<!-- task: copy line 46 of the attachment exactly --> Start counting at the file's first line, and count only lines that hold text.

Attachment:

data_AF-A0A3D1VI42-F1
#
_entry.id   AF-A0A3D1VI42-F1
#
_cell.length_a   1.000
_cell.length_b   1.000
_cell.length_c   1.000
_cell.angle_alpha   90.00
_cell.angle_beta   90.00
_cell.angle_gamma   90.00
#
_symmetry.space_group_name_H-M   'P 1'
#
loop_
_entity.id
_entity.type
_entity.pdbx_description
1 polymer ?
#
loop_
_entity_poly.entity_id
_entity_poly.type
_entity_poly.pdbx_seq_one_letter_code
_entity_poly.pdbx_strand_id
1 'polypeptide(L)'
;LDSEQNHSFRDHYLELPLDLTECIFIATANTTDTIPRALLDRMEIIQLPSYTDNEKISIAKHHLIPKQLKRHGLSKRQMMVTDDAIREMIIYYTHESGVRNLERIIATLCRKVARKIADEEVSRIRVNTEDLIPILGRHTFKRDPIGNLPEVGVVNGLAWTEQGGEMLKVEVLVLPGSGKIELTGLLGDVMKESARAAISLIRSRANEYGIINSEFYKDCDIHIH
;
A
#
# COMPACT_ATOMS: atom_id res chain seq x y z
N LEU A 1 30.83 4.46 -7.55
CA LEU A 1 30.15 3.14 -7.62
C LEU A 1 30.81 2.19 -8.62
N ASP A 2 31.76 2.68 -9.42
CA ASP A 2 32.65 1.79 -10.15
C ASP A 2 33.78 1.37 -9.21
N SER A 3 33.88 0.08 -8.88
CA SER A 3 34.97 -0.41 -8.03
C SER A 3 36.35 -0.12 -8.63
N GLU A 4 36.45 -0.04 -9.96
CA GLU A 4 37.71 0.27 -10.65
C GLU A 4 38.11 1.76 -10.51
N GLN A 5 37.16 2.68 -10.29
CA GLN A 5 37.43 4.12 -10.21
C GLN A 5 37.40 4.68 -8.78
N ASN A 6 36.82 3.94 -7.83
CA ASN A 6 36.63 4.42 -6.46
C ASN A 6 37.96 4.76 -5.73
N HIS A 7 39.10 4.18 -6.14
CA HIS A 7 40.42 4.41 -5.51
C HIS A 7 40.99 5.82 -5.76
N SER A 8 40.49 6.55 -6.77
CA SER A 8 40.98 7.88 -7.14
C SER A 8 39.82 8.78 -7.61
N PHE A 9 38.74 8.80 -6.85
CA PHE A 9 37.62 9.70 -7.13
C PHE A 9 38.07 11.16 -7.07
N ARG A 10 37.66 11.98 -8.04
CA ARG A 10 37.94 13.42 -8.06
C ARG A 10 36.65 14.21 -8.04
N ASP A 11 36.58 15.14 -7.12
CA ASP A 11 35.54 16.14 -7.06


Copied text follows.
N ASN A 6 36.82 3.94 -7.83